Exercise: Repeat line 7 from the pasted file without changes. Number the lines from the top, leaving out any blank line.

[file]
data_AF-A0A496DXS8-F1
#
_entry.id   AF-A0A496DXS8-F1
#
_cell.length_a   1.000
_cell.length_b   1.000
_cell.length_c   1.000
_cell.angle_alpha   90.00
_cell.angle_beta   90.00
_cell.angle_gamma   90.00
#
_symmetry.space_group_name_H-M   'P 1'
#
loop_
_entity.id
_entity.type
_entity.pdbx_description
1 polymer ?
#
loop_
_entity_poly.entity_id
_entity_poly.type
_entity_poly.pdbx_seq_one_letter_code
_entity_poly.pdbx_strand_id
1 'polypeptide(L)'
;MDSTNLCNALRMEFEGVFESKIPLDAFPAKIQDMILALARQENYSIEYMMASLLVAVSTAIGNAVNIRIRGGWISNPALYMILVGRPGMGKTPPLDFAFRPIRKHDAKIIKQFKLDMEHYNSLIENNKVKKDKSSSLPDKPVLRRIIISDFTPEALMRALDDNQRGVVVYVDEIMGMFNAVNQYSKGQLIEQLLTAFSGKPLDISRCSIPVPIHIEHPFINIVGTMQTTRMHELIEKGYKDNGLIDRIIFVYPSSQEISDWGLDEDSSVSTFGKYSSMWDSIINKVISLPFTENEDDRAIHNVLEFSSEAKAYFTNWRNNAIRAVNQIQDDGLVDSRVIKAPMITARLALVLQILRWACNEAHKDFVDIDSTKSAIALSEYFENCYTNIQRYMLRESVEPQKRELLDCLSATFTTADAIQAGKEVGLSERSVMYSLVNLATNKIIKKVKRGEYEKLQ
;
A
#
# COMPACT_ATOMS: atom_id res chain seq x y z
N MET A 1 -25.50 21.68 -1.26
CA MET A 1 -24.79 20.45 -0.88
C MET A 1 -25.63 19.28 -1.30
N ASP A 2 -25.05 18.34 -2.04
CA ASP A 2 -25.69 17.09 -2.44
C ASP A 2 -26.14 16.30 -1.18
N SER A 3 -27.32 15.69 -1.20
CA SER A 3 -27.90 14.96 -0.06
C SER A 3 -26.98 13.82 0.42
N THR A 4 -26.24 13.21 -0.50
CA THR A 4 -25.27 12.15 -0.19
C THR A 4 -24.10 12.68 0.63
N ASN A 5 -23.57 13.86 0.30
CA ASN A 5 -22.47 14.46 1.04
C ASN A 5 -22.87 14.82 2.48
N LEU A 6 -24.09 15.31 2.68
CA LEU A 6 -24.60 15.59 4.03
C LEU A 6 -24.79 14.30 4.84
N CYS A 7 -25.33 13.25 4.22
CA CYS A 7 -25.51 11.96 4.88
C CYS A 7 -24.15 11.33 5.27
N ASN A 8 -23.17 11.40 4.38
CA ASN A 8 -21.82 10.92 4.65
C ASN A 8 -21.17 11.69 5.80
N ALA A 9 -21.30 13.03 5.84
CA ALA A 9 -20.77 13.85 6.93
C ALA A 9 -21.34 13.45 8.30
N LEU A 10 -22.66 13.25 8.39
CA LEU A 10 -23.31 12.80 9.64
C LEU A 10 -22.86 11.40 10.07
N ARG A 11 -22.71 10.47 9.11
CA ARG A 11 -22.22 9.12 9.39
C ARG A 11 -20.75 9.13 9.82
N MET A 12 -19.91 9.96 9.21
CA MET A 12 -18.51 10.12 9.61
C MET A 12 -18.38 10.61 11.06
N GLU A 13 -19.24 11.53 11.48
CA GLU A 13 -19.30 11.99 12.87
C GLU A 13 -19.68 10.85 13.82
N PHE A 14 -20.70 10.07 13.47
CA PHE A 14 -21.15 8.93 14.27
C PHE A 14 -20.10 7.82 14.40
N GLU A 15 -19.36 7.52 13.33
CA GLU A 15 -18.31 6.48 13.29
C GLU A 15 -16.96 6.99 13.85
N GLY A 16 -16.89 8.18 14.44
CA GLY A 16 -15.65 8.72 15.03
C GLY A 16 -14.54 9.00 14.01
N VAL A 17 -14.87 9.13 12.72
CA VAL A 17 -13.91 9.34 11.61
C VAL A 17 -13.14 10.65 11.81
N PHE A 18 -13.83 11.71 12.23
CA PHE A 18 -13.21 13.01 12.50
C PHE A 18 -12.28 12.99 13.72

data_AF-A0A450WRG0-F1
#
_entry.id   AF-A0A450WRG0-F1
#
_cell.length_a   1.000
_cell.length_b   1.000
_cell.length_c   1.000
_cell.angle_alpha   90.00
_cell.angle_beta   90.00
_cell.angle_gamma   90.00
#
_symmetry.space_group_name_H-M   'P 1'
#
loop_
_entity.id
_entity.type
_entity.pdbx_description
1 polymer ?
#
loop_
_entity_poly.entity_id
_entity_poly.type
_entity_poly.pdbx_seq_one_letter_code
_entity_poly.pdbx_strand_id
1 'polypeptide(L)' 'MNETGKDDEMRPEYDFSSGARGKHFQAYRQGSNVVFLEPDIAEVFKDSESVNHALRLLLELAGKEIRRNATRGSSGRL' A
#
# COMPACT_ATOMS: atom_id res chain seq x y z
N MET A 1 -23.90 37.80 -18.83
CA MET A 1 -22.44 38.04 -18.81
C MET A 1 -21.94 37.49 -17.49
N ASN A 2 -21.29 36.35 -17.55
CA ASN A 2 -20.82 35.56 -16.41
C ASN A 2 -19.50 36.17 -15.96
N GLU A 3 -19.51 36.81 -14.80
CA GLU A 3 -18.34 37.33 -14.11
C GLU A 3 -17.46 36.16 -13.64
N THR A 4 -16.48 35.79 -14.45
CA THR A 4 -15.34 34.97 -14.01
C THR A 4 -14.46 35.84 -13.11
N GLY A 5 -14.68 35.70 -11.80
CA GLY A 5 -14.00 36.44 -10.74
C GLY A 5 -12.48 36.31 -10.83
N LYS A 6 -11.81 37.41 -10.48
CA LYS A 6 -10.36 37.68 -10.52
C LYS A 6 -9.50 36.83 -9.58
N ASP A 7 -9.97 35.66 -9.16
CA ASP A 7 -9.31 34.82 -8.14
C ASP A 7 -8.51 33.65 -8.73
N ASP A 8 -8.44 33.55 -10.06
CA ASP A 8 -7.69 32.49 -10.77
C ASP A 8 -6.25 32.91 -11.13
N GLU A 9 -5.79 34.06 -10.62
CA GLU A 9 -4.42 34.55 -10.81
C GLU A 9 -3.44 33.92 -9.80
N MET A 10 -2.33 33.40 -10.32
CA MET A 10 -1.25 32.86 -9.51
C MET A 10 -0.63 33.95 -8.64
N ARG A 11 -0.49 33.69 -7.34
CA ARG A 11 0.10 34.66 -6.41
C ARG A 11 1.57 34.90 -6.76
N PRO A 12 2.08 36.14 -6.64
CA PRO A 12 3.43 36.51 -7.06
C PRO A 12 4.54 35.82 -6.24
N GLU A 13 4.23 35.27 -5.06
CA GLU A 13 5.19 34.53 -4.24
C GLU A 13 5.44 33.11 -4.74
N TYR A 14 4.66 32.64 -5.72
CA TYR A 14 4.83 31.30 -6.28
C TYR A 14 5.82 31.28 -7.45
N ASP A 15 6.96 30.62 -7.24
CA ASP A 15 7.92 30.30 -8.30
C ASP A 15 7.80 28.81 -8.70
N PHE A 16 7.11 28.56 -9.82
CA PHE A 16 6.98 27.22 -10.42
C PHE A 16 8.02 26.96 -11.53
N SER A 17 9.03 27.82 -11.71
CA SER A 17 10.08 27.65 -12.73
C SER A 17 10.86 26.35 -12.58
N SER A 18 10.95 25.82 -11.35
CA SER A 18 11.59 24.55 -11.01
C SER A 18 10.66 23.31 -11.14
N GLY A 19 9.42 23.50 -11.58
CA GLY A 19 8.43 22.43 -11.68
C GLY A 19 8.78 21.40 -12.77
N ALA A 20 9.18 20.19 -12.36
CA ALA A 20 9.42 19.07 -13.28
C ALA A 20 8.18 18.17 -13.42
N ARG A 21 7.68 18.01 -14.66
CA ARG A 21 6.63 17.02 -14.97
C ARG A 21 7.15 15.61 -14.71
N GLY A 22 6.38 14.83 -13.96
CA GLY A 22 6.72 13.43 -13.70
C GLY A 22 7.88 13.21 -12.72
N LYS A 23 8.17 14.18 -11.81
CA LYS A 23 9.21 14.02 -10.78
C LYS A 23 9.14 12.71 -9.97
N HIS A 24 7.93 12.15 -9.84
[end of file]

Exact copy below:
_cell.length_c   1.000